Managing the swath

Photo of tractor in a field

An expectation of equipment resilience and longevity is embedded in every farmer’s DNA…and that requirement extends to their technology.

GNSS-enabled guidance and swath control technology is an integral part of most agricultural operations, forever replacing conventional foam markers and light bars. These systems ensure full coverage with little overlap when spraying and spreading—and the benefits of accurate and automatic section control systems to crop care and the environment are well documented.

As the industry moves to a more autonomous future, position accuracy and versatility, namely a GNSS multi-frequency solution, is an essential piece of the larger puzzle. 

Rich Gould, vice president and OEM business manager at Glendale Heights, Illinois-based TeeJet Technologies, the world’s leading manufacturer of spray products, explained: “Farm-related spray applications don’t typically require centimetre accuracy. But as with any technology, there’s an evolution of expectations in the way of scalability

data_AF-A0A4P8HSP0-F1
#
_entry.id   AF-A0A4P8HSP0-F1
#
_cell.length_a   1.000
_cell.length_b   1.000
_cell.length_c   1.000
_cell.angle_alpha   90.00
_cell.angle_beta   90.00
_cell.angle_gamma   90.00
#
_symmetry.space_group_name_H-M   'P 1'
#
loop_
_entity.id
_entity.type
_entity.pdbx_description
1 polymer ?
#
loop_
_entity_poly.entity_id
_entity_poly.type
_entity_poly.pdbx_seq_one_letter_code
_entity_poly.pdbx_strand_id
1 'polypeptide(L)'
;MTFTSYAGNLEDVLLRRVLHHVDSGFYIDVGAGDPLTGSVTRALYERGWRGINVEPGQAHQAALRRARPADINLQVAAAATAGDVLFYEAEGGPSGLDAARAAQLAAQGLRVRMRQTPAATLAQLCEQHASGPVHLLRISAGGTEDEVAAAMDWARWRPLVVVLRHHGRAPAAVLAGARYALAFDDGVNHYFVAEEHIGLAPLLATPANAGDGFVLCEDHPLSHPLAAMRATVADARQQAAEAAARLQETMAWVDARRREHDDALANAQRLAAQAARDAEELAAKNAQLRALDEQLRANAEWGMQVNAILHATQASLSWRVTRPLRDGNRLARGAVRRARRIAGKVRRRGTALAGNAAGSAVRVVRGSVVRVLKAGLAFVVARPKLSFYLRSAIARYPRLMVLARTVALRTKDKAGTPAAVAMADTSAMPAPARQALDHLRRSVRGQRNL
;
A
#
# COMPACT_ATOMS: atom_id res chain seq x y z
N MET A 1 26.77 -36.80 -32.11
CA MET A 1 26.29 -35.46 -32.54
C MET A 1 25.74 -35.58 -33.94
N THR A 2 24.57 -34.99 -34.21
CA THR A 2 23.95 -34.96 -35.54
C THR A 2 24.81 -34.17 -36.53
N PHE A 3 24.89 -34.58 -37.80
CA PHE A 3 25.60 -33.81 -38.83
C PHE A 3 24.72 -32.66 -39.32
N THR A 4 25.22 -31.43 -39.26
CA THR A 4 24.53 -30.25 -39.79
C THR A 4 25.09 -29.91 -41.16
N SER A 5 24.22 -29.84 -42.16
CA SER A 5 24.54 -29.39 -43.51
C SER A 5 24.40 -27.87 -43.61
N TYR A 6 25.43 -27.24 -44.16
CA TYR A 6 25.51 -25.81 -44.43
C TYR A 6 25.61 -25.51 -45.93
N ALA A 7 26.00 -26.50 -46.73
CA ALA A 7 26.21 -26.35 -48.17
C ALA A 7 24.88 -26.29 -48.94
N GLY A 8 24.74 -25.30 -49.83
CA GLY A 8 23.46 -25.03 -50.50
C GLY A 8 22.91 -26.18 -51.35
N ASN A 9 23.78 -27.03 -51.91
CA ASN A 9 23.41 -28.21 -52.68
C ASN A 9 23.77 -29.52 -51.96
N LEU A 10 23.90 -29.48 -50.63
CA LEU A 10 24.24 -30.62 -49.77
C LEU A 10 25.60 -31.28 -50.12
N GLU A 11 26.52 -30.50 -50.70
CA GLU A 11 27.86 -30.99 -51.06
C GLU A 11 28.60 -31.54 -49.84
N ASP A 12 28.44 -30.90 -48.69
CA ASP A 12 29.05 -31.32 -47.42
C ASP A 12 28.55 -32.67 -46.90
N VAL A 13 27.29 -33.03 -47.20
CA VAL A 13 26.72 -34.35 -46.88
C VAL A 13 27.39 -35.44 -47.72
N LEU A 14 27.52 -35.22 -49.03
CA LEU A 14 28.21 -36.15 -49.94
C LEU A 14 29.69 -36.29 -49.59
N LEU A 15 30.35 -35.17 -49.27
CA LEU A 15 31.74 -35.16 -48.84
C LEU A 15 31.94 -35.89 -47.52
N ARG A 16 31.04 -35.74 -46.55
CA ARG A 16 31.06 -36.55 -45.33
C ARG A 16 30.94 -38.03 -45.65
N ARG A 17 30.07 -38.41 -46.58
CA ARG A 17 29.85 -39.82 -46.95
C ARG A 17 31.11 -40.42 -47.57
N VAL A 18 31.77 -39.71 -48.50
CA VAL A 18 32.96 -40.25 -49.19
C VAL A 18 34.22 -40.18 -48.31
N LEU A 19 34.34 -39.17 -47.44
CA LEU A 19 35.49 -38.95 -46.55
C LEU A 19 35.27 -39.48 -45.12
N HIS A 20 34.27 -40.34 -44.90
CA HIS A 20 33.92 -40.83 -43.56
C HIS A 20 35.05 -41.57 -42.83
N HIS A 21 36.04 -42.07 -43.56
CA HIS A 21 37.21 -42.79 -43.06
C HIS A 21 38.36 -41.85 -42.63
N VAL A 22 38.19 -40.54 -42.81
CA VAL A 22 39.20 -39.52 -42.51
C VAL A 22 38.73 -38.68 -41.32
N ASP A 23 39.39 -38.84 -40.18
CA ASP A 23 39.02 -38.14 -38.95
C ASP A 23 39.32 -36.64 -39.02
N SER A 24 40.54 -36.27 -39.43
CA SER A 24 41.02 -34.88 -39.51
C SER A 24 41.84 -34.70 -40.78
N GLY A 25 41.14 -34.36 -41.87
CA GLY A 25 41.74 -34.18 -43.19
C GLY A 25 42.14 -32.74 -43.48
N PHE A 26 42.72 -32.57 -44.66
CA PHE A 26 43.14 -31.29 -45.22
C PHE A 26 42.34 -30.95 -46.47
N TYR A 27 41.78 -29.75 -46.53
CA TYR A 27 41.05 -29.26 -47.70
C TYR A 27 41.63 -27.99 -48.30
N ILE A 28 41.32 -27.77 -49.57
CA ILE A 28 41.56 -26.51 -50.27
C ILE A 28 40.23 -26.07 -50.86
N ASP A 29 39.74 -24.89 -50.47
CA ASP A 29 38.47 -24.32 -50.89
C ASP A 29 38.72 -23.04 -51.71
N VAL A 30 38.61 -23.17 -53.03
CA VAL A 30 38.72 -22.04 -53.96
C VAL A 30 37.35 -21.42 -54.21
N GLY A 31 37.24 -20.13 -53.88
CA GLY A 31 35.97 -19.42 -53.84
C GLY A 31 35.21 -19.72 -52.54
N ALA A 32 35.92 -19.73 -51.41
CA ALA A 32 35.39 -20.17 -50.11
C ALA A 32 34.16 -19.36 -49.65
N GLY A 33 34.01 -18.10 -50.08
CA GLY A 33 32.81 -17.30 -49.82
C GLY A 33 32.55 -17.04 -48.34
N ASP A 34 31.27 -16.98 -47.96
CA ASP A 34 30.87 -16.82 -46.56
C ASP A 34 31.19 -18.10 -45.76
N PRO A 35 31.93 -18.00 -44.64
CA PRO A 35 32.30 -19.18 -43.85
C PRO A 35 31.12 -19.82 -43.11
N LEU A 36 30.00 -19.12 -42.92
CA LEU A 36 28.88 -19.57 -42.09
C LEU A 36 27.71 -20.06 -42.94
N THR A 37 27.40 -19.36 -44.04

and price. The bottom line is that, our customers are looking for increased accuracy and upgradeability.”

That expectation of improvement sparked a next-generation advancement of TeeJet’s popular guidance systems, with a little help from one of the industry’s most versatile GNSS receivers.

Beyond SBAS

The primary purpose of GNSS-enabled swath control systems is to reduce the overapplication of product on crops by automatically tracking areas treated. Not only do these systems maintain consistent application rates, but they automatically turn off sections when the boom overlaps previously treated areas.

Today’s sprayers and spreaders typically rely on easy-to-use and low-cost GNSS tractor guidance systems incorporating antennas that support GPS and GLONASS signals to achieve good-enough accuracy. For instance, TeeJet’s low-cost Matrix 430 GPS graphical guidance system is easy to install and operate, and it moves easily between machines.